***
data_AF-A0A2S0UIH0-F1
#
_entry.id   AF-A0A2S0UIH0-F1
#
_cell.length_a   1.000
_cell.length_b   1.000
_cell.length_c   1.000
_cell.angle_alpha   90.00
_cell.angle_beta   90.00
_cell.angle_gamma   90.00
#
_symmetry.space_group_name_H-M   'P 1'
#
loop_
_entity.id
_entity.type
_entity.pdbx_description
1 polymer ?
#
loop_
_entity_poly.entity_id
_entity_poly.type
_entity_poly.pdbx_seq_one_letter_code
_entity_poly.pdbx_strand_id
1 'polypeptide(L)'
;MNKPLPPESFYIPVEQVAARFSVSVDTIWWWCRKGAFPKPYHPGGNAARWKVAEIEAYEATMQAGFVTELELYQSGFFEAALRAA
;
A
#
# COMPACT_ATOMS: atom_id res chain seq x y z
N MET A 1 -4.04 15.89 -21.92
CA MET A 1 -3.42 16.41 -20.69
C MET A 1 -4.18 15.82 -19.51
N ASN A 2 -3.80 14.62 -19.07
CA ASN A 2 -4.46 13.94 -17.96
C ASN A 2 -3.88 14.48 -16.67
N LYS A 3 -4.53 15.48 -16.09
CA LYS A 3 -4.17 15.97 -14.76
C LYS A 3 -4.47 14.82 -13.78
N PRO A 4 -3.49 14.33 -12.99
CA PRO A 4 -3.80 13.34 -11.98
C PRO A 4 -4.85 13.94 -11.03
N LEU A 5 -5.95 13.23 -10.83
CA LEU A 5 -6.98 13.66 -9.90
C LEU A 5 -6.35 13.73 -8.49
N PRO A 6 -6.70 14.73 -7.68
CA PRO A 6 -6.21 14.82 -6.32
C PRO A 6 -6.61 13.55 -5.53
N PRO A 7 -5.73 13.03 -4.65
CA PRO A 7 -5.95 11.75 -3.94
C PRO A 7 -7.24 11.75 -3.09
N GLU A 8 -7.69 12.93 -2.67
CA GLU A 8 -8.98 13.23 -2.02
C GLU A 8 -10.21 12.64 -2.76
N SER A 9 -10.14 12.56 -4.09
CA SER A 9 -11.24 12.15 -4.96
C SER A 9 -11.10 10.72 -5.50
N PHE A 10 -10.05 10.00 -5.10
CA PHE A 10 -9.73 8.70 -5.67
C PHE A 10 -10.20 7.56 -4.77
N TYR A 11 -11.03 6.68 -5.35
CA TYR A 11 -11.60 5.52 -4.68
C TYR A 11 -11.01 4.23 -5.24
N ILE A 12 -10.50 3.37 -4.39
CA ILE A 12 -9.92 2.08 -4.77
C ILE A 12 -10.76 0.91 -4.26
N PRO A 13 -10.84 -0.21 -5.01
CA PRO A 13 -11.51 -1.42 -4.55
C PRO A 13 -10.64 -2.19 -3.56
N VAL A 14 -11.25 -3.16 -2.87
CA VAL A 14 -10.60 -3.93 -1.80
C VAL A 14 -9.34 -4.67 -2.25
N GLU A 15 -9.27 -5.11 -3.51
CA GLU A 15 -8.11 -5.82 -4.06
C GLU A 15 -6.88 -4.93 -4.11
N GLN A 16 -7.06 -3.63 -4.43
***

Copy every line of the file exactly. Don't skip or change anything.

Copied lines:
data_AF-A0A2S0UIH0-F1
#
_entry.id   AF-A0A2S0UIH0-F1
#
_cell.length_a   1.000
_cell.length_b   1.000
_cell.length_c   1.000
_cell.angle_alpha   90.00
_cell.angle_beta   90.00
_cell.angle_gamma   90.00
#
_symmetry.space_group_name_H-M   'P 1'
#
loop_
_entity.id
_entity.type
_entity.pdbx_description
1 polymer ?
#
loop_
_entity_poly.entity_id
_entity_poly.type
_entity_poly.pdbx_seq_one_letter_code
_entity_poly.pdbx_strand_id
1 'polypeptide(L)'
;MNKPLPPESFYIPVEQVAARFSVSVDTIWWWCRKGAFPKPYHPGGNAARWKVAEIEAYEATMQAGFVTELELYQSGFFEAALRAA
;
A
#
# COMPACT_ATOMS: atom_id res chain seq x y z
N MET A 1 -4.04 15.89 -21.92
CA MET A 1 -3.42 16.41 -20.69
C MET A 1 -4.18 15.82 -19.51
N ASN A 2 -3.80 14.62 -19.07
CA ASN A 2 -4.46 13.94 -17.96
C ASN A 2 -3.88 14.48 -16.67
N LYS A 3 -4.53 15.48 -16.09
CA LYS A 3 -4.17 15.97 -14.76
C LYS A 3 -4.47 14.82 -13.78
N PRO A 4 -3.49 14.33 -12.99
CA PRO A 4 -3.80 13.34 -11.98
C PRO A 4 -4.85 13.94 -11.03
N LEU A 5 -5.95 13.23 -10.83
CA LEU A 5 -6.98 13.66 -9.90
C LEU A 5 -6.35 13.73 -8.49
N PRO A 6 -6.70 14.73 -7.68
CA PRO A 6 -6.21 14.82 -6.32
C PRO A 6 -6.61 13.55 -5.53
N PRO A 7 -5.73 13.03 -4.65
CA PRO A 7 -5.95 11.75 -3.94
C PRO A 7 -7.24 11.75 -3.09
N GLU A 8 -7.69 12.93 -2.67
CA GLU A 8 -8.98 13.23 -2.02
C GLU A 8 -10.21 12.64 -2.76
N SER A 9 -10.14 12.56 -4.09
CA SER A 9 -11.24 12.15 -4.96
C SER A 9 -11.10 10.72 -5.50
N PHE A 10 -10.05 10.00 -5.10
CA PHE A 10 -9.73 8.70 -5.67
C PHE A 10 -10.20 7.56 -4.77
N TYR A 11 -11.03 6.68 -5.35
CA TYR A 11 -11.60 5.52 -4.68
C TYR A 11 -11.01 4.23 -5.24
N ILE A 12 -10.50 3.37 -4.39
CA ILE A 12 -9.92 2.08 -4.77
C ILE A 12 -10.76 0.91 -4.26
N PRO A 13 -10.84 -0.21 -5.01
CA PRO A 13 -11.51 -1.42 -4.55
C PRO A 13 -10.64 -2.19 -3.56
N VAL A 14 -11.25 -3.16 -2.87
CA VAL A 14 -10.60 -3.93 -1.80
C VAL A 14 -9.34 -4.67 -2.25
N GLU A 15 -9.27 -5.11 -3.51
CA GLU A 15 -8.11 -5.82 -4.06
C GLU A 15 -6.88 -4.93 -4.11
N GLN A 16 -7.06 -3.63 -4.43